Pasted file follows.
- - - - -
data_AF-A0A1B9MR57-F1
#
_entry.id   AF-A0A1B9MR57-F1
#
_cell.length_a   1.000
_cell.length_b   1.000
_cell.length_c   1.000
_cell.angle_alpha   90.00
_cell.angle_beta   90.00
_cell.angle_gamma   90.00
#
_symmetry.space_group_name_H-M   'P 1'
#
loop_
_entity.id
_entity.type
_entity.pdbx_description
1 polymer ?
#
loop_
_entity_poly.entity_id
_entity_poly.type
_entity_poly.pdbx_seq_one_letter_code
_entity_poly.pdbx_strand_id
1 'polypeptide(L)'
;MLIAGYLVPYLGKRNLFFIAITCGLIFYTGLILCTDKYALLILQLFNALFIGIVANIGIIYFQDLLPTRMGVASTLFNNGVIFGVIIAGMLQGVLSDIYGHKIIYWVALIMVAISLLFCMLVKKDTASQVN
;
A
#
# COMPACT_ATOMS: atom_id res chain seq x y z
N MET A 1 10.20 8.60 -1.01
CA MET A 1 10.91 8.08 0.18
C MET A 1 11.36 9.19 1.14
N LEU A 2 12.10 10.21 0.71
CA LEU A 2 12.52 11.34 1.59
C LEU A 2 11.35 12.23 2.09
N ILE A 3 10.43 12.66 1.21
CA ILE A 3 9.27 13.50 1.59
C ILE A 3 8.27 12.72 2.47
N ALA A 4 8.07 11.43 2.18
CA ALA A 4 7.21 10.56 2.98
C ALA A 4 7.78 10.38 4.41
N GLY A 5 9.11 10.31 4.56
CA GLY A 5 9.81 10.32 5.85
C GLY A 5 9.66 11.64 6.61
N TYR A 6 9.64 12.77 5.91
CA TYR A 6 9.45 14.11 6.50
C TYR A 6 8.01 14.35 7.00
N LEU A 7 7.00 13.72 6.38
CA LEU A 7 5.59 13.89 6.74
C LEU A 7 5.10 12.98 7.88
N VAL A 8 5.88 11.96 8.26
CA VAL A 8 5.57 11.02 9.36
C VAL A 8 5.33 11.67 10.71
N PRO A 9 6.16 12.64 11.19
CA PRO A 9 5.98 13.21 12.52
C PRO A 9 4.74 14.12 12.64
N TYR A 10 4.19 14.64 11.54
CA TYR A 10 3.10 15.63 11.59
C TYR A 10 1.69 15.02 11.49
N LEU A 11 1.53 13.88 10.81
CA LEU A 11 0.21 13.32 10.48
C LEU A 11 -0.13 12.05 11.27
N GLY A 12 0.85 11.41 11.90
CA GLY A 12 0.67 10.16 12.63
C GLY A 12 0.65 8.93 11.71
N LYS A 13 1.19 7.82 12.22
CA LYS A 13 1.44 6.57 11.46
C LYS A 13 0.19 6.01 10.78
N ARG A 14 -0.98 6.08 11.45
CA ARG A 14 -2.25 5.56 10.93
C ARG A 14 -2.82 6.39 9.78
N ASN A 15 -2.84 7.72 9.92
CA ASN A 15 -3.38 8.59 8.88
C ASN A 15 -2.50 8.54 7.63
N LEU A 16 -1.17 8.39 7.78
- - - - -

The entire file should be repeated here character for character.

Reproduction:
data_AF-A0A1B9MR57-F1
#
_entry.id   AF-A0A1B9MR57-F1
#
_cell.length_a   1.000
_cell.length_b   1.000
_cell.length_c   1.000
_cell.angle_alpha   90.00
_cell.angle_beta   90.00
_cell.angle_gamma   90.00
#
_symmetry.space_group_name_H-M   'P 1'
#
loop_
_entity.id
_entity.type
_entity.pdbx_description
1 polymer ?
#
loop_
_entity_poly.entity_id
_entity_poly.type
_entity_poly.pdbx_seq_one_letter_code
_entity_poly.pdbx_strand_id
1 'polypeptide(L)'
;MLIAGYLVPYLGKRNLFFIAITCGLIFYTGLILCTDKYALLILQLFNALFIGIVANIGIIYFQDLLPTRMGVASTLFNNGVIFGVIIAGMLQGVLSDIYGHKIIYWVALIMVAISLLFCMLVKKDTASQVN
;
A
#
# COMPACT_ATOMS: atom_id res chain seq x y z
N MET A 1 10.20 8.60 -1.01
CA MET A 1 10.91 8.08 0.18
C MET A 1 11.36 9.19 1.14
N LEU A 2 12.10 10.21 0.71
CA LEU A 2 12.52 11.34 1.59
C LEU A 2 11.35 12.23 2.09
N ILE A 3 10.43 12.66 1.21
CA ILE A 3 9.27 13.50 1.59
C ILE A 3 8.27 12.72 2.47
N ALA A 4 8.07 11.43 2.18
CA ALA A 4 7.21 10.56 2.98
C ALA A 4 7.78 10.38 4.41
N GLY A 5 9.11 10.31 4.56
CA GLY A 5 9.81 10.32 5.85
C GLY A 5 9.66 11.64 6.61
N TYR A 6 9.64 12.77 5.91
CA TYR A 6 9.45 14.11 6.50
C TYR A 6 8.01 14.35 7.00
N LEU A 7 7.00 13.72 6.38
CA LEU A 7 5.59 13.89 6.74
C LEU A 7 5.10 12.98 7.88
N VAL A 8 5.88 11.96 8.26
CA VAL A 8 5.57 11.02 9.36
C VAL A 8 5.33 11.67 10.71
N PRO A 9 6.16 12.64 11.19
CA PRO A 9 5.98 13.21 12.52
C PRO A 9 4.74 14.12 12.64
N TYR A 10 4.19 14.64 11.54
CA TYR A 10 3.10 15.63 11.59
C TYR A 10 1.69 15.02 11.49
N LEU A 11 1.53 13.88 10.81
CA LEU A 11 0.21 13.32 10.48
C LEU A 11 -0.13 12.05 11.27
N GLY A 12 0.85 11.41 11.90
CA GLY A 12 0.67 10.16 12.63
C GLY A 12 0.65 8.93 11.71
N LYS A 13 1.19 7.82 12.22
CA LYS A 13 1.44 6.57 11.46
C LYS A 13 0.19 6.01 10.78
N ARG A 14 -0.98 6.08 11.45
CA ARG A 14 -2.25 5.56 10.93
C ARG A 14 -2.82 6.39 9.78
N ASN A 15 -2.84 7.72 9.92
CA ASN A 15 -3.38 8.59 8.88
C ASN A 15 -2.50 8.54 7.63
N LEU A 16 -1.17 8.39 7.78